More about North Carolina and the Scots
What is it about Scotland that so intrigues so many North Carolinians?
I had to ask myself that question after I got so many responses to a recent column about the ‘“Scotch Irish’” and the ‘“Savage South.’”
Many of you encouraged me to read a book called How the Scots Invented the Modern World: The True Story of How Western Europe’s Poorest Nation Created Our World & Everything in It, by Arthur Herman. The book’s title says it all. Herman argues that the Scots are responsible for the modern world’s way of thinking and getting things done, and he tries to explain how it happened.
Maybe Herman is stretching a little bit, but those of us who claim some sort of Scottish or Scotch-Irish connection can be forgiven for eating up this kind of overreaching. I enjoyed his book when I first read it several years ago, and I am going to share with you again some of my thoughts about it.
Herman argues that the Scots ‘“created the basic idea of modernity’” that ‘“transformed their culture and society in the eighteenth century,’” and ‘“they carried it with them wherever they went.’”
This transformation of Scotland from a poor and backward country into a full-blown cultural and economic powerhouse in the 1700s came about, Herman says, as a result of some special circumstances.
We think of the Scottish Highlands as a romantic home of heroes. But until the beginning of the 1700s, it was a land of poverty, feudalism, illiteracy and clan warfare ‘— not totally unlike the tribal areas of Afghanistan and Pakistan of today.
Ironically, Scotland’s transformation began in 1559 when John Knox led a reformation that overthrew the established church and replaced it with a strict brand of Calvinism. Knox taught that the people must read the Bible and come to know God personally through their own thoughtful study and prayer. And they, not a distant king or church official, were to be responsible for the orderly governance of their churches.
The enthusiastic Scottish converts tore down the stained glass windows, statues and buildings of the old churches like the cathedral at St. Andrews. They destroyed centuries of precious art and heritage all in the cause of removing ‘idolatry.’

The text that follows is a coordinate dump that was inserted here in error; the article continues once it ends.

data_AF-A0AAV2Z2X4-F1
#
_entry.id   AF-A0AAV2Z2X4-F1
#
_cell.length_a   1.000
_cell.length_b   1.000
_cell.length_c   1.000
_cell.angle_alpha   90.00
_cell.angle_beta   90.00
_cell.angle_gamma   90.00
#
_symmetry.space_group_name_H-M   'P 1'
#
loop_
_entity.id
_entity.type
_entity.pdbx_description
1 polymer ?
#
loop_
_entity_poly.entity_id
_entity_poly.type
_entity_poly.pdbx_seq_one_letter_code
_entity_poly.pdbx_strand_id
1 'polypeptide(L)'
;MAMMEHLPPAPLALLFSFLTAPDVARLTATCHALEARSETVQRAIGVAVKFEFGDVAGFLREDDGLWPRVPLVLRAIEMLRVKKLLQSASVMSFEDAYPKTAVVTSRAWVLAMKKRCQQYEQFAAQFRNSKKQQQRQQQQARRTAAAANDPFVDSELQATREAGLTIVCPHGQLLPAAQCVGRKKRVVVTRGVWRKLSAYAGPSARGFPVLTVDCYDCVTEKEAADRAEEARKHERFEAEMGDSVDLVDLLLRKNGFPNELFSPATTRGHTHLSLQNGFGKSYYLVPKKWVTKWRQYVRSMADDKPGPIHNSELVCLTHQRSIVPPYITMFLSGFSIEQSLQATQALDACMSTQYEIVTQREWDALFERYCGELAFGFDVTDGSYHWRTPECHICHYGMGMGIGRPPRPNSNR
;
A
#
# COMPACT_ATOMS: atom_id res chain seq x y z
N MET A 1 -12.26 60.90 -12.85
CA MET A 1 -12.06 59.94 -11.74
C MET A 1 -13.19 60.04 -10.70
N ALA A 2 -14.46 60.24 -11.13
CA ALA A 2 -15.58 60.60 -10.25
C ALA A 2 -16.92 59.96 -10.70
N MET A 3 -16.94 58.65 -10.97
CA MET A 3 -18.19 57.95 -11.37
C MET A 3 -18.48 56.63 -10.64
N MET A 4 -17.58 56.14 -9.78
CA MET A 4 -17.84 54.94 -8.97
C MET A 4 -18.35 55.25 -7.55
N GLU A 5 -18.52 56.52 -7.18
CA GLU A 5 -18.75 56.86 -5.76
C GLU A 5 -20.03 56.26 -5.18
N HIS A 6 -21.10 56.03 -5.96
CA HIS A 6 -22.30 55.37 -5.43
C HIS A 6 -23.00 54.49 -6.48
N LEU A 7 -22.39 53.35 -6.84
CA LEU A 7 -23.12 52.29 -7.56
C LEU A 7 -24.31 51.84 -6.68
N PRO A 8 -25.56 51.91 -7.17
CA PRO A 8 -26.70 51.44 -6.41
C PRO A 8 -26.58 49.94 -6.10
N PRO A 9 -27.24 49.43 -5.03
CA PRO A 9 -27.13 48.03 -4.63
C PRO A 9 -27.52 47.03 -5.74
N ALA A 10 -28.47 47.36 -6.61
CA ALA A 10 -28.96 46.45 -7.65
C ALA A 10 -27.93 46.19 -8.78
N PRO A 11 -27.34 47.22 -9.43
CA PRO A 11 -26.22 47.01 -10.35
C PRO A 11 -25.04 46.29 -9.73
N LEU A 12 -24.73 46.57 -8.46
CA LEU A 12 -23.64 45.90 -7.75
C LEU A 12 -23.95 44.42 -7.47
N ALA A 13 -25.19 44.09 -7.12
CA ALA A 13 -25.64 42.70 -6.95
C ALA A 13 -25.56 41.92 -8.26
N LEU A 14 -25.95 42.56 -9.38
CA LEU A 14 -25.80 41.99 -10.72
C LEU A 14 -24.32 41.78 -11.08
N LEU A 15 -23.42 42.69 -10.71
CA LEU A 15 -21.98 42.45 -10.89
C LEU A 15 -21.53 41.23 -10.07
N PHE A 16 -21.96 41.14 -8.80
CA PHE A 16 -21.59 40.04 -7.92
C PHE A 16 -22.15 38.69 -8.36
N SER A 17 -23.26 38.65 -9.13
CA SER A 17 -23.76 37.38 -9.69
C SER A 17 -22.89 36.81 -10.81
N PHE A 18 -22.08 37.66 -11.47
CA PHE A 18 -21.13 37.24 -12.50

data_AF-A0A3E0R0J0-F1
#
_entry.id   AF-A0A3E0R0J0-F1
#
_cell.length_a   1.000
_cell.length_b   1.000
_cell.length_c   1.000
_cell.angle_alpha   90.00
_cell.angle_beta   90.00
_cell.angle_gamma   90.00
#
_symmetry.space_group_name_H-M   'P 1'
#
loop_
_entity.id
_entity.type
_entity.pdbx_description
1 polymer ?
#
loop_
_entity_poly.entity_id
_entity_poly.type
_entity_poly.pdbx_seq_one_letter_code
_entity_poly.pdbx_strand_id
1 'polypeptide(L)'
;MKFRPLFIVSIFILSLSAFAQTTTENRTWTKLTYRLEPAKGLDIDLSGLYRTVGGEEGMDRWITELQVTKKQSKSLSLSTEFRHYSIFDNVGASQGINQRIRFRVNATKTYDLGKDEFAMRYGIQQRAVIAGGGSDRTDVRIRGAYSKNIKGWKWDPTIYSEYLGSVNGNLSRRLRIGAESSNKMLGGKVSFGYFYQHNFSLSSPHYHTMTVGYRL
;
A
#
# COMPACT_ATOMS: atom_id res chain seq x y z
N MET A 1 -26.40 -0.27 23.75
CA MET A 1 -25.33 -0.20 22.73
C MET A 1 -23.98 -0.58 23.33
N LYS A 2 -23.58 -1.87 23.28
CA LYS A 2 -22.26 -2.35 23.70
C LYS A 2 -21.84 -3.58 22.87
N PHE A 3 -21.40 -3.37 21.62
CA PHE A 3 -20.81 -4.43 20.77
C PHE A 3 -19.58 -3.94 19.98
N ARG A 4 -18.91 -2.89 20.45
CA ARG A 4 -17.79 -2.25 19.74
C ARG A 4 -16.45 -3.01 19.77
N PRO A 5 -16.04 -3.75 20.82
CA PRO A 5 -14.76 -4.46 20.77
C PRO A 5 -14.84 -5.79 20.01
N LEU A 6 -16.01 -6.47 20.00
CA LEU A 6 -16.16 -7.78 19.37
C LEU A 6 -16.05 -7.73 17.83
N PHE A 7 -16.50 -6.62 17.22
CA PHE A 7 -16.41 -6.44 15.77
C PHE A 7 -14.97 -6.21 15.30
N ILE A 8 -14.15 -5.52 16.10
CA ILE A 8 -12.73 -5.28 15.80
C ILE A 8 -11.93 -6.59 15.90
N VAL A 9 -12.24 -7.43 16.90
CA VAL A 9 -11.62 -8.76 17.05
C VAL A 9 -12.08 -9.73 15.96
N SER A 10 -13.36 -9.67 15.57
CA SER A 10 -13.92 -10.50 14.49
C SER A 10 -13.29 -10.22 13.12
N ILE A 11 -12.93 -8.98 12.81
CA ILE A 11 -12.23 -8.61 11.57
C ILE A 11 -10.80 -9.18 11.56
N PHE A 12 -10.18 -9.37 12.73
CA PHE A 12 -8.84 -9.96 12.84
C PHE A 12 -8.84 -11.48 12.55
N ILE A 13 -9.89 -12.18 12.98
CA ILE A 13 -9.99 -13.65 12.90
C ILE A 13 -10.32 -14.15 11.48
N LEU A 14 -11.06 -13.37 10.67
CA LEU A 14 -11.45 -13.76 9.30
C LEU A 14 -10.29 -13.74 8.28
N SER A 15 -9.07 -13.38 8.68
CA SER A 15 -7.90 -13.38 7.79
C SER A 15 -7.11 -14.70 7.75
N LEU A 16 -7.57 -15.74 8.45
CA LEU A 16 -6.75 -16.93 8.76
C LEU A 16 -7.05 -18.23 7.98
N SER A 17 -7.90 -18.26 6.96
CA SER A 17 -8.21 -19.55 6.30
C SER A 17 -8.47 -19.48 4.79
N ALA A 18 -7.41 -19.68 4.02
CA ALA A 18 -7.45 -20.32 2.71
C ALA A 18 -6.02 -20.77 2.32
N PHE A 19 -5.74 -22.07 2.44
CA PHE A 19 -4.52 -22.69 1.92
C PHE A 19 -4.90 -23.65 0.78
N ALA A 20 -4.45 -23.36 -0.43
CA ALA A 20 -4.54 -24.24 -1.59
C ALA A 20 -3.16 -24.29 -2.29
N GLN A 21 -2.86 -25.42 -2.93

If any government authorities, including kings and queens, got in their way of worshiping God, the Scots stood up to them. They developed a healthy tradition of rebellion against ‘unjust’ authority.
How did all this disruption lead to the ‘“invention of the modern world’”?
Because Knox believed that every person should come to know God personally through reading the Bible, the new church tried to teach every child in Scotland to read. Having been taught to read, many Scots began to read lots of books ‘— and not just the Bible. Once this habit of reading independently took root, no one, not even John Knox and his successors, could control what they read, and what they learned, and what they thought.
Having been taught the responsibility to develop their own relationship with God, they developed a self-confident pride in their ability to solve every kind of problem and find ways to improve the world in which they lived.
By the end of the 1600s, Scotland was the most literate nation on earth.
In the 1700s, it became the center of philosophic and economic thinking, led by such familiar names as Adam Smith and David Hume, and a host of others. Its universities were the envy of every country in Europe.
It became the center of invention and business, with James Watt’s 1781 steam engine becoming the workhorse of the Industrial Revolution, in which technology and modern capitalism became life’s driving forces.
What does this have to do with North Carolina today?
The transformation of Scotland was in full bloom as waves of Scots and Scotch-Irish immigrants were landing in America and settling here. They were bringing with them these new Scottish ideas. They were deeply religious, willing to stand up to unjust government, hard working, entrepreneurial and passionate about the benefits of education and inquiring minds. Those who supported the Revolution, including most of the Scotch-Irish, became its ‘workhorses.’
Today, North Carolinians seem to have a love affair with things Scottish. Some of them celebrate their heritage by dressing up in kilts and tartans for dinners in honor of poet Robert Burns, for special religious services and for Highland games and festivals at Grandfather Mountain, ‘“Loch’” Norman, Red Springs and all over the state.
Some people argue that this Scottish ‘mania’ is based on our identification with the ‘lost causes’ of Southern and Scottish independence. Both ’causes’ have been highly romanticized and shamelessly celebrated.
Based on Herman’s book, it is clear that we have something better to celebrate. It is these core Scottish values that arose from Knox’s reformation and came here with the Scots and Scotch-Irish immigrants.
These Scottish values ‘— especially the commitment to educational excellence and the freedom of the human mind to inquire in all directions ‘— are a solid rock on which our state’s best traditions are built.
They are something for which we should be grateful to Scotland. And if these values are part of our heritage, our Scottish connection really is something to celebrate ‘— with pride.